2004 NHS Economic Evaluation Database.

11955. A cost-utility comparison of four first-line medications in painful diabetic neuropathy

or authors’ opinions. Measure of benefit: Quality-adjusted life-years (QALYs) were the summary benefit measure. Cost data: The economic analysis included the costs of medications, visits, screening electrocardiogram, and treatment of serious adverse effects. The resource use data appears to have been based on authors’ opinions and a breakdown of cost items was not given. Drug costs were based on average wholesale prices from the Red Book. The costs of visits reflected Medicare reimbursement rates (...) A cost-utility comparison of four first-line medications in painful diabetic neuropathy A cost-utility comparison of four first-line medications in painful diabetic neuropathy A cost-utility comparison of four first-line medications in painful diabetic neuropathy O'Connor AB, Noyes K, Holloway RG Record Status This is a critical abstract of an economic evaluation that meets the criteria for inclusion on NHS EED. Each abstract contains a brief summary of the methods, the results and conclusions

2008 NHS Economic Evaluation Database.

11956. The Acutely or Critically Sick or Injured Child in the District General Hospital

CriticalSickChild txt 26/10/06 16:46 Page iDH INFORMATION READER BOX Policy HR/Workforce Management Planning Clinical Estates Performance IM&T Finance Partnership working Document purpose For information Gateway reference 6369 Title The acutely or critically sick or injured child in the district general hospital: A team response Authors DH, RCPCH, RCoA, RCN, RCS, APA and BAPS Publication date October 2006 Target audience NHS trust CEs, foundation trust CEs and medical directors Circulation list Strategic health (...) authority CEs and emergency care leads Description An inter-collegiate expert working group has considered issues regarding anaesthetic and other services available to children who are critically sick or injured in district general hospitals, and has produced this report. It was open to consultation between August and December 2005 and was finalised with the benefit of comments received. Cross-reference N/A Superseded documents N/A Action required N/A Timing N/A Contact details Dr Edward Wozniak Medical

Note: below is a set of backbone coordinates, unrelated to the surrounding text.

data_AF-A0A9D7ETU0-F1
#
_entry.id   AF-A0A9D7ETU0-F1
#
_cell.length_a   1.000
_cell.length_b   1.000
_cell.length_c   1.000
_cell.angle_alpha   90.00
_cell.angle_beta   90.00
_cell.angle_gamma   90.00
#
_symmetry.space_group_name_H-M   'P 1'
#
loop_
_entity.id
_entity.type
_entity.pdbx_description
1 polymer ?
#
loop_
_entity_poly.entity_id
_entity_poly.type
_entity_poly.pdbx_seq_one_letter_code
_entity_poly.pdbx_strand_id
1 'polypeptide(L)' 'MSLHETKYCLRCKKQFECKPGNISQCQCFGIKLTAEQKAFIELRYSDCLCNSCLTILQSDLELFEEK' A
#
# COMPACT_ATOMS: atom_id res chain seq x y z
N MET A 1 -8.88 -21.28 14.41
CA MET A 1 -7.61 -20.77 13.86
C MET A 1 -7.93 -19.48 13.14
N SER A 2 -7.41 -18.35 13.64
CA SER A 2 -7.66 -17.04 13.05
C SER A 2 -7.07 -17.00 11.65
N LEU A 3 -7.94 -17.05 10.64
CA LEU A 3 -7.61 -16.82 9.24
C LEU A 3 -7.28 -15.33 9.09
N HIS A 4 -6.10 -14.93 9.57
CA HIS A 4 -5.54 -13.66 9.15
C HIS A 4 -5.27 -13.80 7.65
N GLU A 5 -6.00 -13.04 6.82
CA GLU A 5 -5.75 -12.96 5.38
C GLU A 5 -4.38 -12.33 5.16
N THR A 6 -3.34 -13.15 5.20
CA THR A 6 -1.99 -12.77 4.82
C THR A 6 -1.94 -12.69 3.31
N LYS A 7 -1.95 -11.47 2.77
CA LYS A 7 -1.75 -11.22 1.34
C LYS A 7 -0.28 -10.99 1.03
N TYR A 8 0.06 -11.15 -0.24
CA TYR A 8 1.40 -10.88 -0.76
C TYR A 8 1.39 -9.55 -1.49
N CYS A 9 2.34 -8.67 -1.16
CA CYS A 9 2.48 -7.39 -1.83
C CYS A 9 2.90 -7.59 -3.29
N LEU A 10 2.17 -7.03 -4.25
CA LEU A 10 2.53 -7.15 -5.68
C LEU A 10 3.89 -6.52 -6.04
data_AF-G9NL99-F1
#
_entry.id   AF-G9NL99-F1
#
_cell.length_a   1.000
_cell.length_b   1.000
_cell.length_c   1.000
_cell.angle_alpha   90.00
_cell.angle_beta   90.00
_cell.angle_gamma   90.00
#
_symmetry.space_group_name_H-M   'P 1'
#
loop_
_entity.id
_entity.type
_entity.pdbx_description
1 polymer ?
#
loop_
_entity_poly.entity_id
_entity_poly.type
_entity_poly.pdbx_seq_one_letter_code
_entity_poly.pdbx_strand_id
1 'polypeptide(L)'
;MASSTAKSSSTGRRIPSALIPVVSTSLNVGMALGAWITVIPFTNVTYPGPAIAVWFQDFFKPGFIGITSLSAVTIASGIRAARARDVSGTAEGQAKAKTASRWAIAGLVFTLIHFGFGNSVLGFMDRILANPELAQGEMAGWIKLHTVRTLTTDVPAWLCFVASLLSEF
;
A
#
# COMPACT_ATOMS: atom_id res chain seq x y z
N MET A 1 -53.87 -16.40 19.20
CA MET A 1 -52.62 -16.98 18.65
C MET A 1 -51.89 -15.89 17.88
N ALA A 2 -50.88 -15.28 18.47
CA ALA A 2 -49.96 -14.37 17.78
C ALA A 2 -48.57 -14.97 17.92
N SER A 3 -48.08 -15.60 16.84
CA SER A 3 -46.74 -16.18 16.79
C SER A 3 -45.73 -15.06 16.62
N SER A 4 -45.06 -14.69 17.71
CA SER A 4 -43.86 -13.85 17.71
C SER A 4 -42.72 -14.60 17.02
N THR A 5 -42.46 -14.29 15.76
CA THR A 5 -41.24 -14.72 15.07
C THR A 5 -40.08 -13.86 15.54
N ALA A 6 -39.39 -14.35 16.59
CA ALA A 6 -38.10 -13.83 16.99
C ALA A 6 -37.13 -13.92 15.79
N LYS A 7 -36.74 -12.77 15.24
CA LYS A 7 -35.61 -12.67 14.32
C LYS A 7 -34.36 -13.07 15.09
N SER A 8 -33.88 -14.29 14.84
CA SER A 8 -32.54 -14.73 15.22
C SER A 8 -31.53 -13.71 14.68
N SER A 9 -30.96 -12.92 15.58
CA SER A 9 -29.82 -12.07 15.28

2006 Royal College of Anaesthetists

11957. Do the second-generation "atypical neuroleptics" have analgesic properties: a structured evidence-based review Full Text available with Trip Pro

atypical and non atypical neuroleptics would be useful. Bibliographic details Fishbain D A, Cutler R B, Lewis J, Cole B, Rosomoff R S, Rosomoff H L. Do the second-generation "atypical neuroleptics" have analgesic properties: a structured evidence-based review. Pain Medicine 2004; 5(4): 359-365 PubMedID DOI Indexing Status Subject indexing assigned by NLM MeSH Analgesics /pharmacology; Antipsychotic Agents /pharmacology; Clinical Trials as Topic /statistics & Evidence-Based Medicine; Humans; Pain /drug (...) Do the second-generation "atypical neuroleptics" have analgesic properties: a structured evidence-based review Do the second-generation "atypical neuroleptics" have analgesic properties: a structured evidence-based review Do the second-generation "atypical neuroleptics" have analgesic properties: a structured evidence-based review Fishbain D A, Cutler R B, Lewis J, Cole B, Rosomoff R S, Rosomoff H L CRD summary This review assessed the effectiveness of atypical neuroleptics for treating pain